The Mae Wilson Theatre in Moose Jaw

Saturday was a busy day for me, with two readings (James Houston, then W.O. Mitchell) in the morning, then the show at the Mae Wilson Theatre on Main Street. This is a grand old Edwardian Theatre, with all the elaborate plaster trimmings, where touring performers like Sir Harry Lauder have appeared down through the ages.

I did my show (with the help of Eric the soundman, and Shane looking after the lights — and Jane up there in the booth) against a truly massive screen, perhaps 15 feet by 30 feet, which meant that the author caricatures were clear to everyone in the 300 person audience.

The audience was set up by a very generous introduction by the local author Bob Currie, and was notable for the fact that the gallant Jane, who knows the show very well, managed to handle the slide changes perfectly, so that the audience thought that my casual hand gestures automatically changed the screen.

One new part of the show was a special surprise for my good friend Terry Fallis, author of The Best-Laid Plans. I had got the splendid Tony Jenkins to do a caricature of Terry, knowing that he would be at Moose Jaw, although he had seen my show before.  (Terry is that kind of friend). I gave his picture the sub-title “Saint, Little Red Hen, and Prizewinner” and explained each part of the sub-title as Terry gurgled and blushed in the audience at his unexpected appearance in mid-show.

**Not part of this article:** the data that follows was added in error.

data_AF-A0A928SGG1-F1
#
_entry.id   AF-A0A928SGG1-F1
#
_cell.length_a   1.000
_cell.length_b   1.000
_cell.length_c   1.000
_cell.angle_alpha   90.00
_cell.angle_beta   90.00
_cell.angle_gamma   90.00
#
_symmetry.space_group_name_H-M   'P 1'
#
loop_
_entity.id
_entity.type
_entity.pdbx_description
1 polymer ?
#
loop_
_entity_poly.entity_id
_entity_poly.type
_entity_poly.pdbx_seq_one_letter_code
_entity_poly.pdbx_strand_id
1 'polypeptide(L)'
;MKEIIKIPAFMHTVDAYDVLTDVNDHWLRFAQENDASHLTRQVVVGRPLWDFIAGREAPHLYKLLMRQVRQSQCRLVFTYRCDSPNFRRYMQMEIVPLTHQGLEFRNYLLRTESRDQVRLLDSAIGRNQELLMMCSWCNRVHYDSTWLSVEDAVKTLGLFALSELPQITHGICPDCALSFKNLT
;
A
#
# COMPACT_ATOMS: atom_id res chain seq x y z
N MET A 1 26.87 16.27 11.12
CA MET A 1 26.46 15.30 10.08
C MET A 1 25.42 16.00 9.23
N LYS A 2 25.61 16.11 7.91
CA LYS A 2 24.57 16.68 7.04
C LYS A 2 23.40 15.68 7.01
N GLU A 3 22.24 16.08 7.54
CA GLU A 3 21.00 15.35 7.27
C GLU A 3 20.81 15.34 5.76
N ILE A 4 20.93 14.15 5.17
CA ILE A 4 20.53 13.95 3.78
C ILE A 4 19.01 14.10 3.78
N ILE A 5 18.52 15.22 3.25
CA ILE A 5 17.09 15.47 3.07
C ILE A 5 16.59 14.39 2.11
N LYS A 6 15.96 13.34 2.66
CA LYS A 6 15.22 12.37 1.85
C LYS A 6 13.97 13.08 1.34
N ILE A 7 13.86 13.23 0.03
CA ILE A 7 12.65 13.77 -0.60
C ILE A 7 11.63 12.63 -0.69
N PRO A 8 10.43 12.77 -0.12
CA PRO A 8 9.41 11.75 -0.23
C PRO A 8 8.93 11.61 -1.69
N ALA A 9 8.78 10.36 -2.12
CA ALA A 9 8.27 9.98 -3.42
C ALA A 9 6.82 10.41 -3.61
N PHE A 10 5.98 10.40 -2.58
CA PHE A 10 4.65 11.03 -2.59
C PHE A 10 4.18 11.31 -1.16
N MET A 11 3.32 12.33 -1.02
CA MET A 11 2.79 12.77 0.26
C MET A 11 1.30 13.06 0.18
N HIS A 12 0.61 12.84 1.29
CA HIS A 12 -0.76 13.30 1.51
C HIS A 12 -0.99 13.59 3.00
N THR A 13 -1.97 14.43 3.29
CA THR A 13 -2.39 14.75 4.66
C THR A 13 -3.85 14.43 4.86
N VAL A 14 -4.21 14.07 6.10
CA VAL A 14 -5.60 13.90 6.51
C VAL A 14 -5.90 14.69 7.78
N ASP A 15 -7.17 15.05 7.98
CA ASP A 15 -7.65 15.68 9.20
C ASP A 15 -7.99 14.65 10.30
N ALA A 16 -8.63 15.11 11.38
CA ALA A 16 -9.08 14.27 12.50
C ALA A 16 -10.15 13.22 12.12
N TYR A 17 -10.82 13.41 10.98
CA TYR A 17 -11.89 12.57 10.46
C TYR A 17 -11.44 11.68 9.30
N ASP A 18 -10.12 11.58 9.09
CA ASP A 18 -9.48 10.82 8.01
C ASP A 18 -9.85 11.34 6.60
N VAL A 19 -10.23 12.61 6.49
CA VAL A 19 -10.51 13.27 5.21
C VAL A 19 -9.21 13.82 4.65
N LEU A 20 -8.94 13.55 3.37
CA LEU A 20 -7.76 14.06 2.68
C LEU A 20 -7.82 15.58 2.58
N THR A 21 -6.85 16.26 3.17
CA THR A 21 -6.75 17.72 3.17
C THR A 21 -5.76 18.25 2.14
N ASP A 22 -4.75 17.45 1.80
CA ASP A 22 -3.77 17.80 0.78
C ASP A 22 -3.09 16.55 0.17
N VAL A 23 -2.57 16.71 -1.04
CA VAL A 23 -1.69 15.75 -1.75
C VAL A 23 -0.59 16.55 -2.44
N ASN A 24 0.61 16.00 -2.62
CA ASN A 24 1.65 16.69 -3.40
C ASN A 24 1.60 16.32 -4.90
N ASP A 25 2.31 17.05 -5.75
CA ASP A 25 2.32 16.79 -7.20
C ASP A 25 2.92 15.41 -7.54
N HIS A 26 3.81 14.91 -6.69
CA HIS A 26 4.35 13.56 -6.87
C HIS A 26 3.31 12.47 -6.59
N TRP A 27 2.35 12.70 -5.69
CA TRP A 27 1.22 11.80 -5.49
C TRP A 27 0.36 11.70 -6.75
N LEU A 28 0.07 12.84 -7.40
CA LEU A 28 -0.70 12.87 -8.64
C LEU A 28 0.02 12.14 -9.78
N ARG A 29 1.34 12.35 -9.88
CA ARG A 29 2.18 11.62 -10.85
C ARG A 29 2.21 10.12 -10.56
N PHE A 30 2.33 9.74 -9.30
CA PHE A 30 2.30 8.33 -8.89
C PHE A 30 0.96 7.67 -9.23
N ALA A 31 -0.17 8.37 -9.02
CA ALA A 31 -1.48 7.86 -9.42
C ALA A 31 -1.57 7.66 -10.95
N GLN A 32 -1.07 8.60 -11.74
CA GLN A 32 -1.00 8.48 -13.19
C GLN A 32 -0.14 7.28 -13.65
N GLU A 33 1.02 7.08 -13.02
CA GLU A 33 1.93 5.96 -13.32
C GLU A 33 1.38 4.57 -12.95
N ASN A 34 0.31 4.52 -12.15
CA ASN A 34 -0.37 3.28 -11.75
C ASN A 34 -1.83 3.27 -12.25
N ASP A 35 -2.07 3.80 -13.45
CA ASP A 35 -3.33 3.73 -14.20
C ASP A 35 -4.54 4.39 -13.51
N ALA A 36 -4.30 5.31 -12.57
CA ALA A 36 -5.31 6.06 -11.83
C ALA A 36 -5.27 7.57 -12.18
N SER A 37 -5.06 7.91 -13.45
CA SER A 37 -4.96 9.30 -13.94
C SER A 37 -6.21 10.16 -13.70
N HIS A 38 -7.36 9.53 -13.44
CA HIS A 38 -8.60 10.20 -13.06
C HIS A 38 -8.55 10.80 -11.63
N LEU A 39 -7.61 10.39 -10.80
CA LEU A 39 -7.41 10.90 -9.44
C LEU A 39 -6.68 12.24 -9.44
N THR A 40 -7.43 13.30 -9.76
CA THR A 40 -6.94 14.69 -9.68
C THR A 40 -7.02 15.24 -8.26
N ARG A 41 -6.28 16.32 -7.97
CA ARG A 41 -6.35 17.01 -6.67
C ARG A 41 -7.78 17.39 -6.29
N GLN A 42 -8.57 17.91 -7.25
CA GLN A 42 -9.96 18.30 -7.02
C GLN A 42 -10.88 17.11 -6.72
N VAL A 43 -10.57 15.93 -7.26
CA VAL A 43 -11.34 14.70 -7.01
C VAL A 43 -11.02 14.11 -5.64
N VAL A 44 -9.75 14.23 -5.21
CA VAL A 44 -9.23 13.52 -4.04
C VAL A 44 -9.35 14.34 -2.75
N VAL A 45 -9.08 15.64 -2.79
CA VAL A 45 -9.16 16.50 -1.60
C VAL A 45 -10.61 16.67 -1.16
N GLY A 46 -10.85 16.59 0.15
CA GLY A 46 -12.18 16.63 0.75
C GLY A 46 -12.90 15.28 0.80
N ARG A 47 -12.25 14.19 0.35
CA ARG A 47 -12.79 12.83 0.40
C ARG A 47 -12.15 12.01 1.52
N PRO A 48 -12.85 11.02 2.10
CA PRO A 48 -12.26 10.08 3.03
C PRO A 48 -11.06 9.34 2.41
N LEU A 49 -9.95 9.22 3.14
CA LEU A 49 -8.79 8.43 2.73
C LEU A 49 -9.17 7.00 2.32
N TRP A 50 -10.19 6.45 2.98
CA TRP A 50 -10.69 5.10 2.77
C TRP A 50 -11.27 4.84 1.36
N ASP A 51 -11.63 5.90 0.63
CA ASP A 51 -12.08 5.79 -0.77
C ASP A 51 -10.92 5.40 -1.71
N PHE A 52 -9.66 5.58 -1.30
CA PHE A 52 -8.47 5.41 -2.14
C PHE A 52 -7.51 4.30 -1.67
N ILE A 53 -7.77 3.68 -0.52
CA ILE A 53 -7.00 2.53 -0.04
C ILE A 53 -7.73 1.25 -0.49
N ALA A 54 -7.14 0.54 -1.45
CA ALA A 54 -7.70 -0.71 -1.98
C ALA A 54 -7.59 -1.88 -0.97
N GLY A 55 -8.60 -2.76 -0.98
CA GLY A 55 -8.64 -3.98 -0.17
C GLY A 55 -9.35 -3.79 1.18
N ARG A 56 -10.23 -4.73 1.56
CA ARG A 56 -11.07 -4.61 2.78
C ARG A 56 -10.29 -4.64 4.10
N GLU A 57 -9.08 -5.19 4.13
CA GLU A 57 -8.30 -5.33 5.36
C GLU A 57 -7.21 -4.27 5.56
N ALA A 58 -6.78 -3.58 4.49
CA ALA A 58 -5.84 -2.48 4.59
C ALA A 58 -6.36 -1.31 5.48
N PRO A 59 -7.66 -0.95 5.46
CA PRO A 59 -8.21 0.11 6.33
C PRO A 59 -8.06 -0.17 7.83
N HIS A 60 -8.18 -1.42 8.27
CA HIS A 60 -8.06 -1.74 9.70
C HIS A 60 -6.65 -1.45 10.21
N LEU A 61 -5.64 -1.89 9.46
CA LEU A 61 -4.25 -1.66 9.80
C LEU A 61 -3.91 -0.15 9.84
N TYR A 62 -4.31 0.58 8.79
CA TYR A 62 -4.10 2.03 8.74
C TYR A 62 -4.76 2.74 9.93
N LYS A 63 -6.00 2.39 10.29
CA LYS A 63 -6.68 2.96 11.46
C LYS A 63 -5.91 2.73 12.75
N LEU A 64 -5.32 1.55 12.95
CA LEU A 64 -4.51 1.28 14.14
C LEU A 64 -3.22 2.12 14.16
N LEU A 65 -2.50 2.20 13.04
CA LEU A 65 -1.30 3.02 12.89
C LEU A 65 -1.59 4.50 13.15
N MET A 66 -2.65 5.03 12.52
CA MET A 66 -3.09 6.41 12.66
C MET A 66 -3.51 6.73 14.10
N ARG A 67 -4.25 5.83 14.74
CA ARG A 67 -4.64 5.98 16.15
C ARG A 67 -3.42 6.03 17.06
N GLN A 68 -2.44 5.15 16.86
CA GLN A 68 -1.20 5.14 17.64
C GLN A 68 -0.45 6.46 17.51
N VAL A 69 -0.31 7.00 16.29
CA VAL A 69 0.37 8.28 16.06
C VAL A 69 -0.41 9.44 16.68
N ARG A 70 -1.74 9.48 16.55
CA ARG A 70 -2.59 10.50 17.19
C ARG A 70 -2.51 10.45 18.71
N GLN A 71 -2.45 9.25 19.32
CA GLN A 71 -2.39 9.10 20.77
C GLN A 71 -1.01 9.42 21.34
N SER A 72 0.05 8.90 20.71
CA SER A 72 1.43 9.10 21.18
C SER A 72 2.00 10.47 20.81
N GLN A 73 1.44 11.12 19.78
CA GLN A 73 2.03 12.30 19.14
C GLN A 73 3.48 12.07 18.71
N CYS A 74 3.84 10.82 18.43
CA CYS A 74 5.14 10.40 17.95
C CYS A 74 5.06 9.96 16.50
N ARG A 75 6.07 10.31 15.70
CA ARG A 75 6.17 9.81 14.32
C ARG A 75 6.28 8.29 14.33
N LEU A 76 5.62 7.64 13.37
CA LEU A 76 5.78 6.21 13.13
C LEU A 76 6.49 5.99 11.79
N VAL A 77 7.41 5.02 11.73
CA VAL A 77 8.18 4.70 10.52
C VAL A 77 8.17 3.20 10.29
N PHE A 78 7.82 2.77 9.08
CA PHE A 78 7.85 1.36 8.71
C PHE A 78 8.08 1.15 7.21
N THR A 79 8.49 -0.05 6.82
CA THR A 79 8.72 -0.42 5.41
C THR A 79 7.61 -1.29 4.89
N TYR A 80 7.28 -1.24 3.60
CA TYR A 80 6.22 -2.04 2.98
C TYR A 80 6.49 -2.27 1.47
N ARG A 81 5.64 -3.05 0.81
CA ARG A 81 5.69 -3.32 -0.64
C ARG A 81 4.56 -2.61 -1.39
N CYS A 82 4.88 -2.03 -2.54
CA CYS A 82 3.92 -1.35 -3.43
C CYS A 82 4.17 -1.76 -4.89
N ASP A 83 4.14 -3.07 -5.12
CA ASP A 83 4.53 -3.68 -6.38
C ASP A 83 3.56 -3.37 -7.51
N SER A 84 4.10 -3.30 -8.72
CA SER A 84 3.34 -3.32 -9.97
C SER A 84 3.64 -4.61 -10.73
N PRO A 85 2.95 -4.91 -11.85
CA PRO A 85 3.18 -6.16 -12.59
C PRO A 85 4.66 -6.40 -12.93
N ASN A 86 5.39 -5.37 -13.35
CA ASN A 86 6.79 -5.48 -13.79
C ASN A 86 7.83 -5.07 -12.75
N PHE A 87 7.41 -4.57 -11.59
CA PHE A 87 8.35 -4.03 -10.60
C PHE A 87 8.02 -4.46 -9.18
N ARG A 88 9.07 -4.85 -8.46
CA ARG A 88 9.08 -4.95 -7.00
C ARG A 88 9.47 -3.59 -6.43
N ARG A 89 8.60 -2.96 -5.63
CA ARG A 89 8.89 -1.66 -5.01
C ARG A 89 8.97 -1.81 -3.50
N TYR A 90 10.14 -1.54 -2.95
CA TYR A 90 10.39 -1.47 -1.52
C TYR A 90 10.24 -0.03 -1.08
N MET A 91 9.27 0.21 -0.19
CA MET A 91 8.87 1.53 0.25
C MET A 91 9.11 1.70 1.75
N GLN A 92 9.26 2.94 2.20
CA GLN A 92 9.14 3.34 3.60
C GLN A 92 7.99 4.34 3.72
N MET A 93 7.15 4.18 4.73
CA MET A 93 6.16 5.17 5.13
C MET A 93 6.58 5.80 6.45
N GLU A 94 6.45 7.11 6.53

The audience seemed to like the show, and gave me a standing ovation. Later we had a Q and A session (“Did you have any authors you really didn’t like working with?” “They’re not in the book.”) A good day’s work, worth a relaxing spell in the Spa pool.

Moose Jaw Encounters

The Saskatchewan Festival of Words has been held in Moose Jaw for 16 years now, but this was the first year that I was able to attend. Right away I saw why my authors had always enjoyed it so much.

Invited authors/performers are housed at the downtown Spa hotel, built around some natural hot springs full of healing waters. We found that every day had to involve at least one wallow in the soothingly warm pool on the top floor, where people sunbathe then swim, drink cool water, then repeat the dose. I was right at home because the little café beside the pool was named the Morningside Room, recognising the fact that Peter Gzowski (a sentimental graduate of the Moose Jaw Times-Herald) chose to stage his last Morningside broadcast from the hotel, and a photo of my friend Peter hangs on the café wall.

The festival itself is set a short walk away, in the library and the at gallery on the edge of Crescent Park. This is Moose Jaw’s central park (and indeed its Central Park) and is a fine blend of beauty and endless, active variety, which we explored every day.

I gave three readings, adapting my chosen excerpt to fit in with my co-reader. For example, matched with Harold Johnson, a truly impressive Cree-speaker who is a Crown Prosecutor in Laronge and has a Master’s Law Degree from Harvard, I chose to read about Saskatchewan’s own R.D. Symons, my very first author.

I was so impressed by Harold that I bought a copy of his novel, Charlie Muskrat. The trouble with literary festivals is that you hear so many fine readings that you end up buying lots of books. An occupational hazard.